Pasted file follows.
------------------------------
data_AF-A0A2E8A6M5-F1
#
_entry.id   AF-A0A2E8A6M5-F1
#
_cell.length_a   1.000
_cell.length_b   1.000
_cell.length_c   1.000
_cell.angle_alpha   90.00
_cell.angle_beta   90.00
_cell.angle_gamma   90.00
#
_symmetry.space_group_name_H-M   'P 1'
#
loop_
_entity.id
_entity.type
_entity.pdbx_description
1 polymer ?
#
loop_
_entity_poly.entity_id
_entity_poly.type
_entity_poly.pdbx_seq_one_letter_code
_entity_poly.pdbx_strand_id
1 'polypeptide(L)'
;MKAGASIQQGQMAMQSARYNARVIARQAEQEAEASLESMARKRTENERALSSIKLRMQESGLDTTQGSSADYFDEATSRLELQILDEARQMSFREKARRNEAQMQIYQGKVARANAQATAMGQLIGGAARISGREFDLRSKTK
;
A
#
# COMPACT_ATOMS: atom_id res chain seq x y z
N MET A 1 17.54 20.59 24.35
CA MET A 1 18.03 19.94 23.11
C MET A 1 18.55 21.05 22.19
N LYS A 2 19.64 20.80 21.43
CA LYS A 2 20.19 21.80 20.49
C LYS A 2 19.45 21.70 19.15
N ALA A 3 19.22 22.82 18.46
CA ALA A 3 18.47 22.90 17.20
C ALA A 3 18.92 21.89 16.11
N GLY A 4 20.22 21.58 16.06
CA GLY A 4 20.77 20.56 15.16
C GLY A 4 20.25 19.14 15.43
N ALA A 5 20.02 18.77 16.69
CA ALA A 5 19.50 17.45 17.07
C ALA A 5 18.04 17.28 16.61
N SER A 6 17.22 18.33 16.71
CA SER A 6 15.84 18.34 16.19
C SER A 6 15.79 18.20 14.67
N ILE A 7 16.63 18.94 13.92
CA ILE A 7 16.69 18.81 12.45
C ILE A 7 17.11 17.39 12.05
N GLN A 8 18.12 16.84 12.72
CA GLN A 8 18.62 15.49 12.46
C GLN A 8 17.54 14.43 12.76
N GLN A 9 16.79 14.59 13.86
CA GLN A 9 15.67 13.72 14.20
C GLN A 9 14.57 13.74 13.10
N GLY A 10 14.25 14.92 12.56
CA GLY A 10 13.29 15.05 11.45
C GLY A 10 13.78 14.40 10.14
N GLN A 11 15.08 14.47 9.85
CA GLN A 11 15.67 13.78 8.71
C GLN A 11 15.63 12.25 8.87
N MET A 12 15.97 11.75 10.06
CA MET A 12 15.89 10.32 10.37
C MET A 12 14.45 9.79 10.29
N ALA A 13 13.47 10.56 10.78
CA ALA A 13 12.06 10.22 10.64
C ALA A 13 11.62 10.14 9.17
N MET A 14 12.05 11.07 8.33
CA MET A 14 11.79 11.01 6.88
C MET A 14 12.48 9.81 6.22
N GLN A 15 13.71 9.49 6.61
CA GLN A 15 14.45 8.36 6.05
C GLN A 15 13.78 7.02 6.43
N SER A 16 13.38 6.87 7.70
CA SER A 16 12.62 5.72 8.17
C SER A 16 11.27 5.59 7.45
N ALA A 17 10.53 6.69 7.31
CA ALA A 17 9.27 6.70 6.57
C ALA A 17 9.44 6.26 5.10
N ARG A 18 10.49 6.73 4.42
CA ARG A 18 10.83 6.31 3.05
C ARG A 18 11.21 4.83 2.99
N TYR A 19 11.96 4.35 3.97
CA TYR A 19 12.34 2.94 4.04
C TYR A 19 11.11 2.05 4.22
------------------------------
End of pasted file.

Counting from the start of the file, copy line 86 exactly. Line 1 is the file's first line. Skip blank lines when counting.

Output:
CA TYR A 19 12.34 2.94 4.04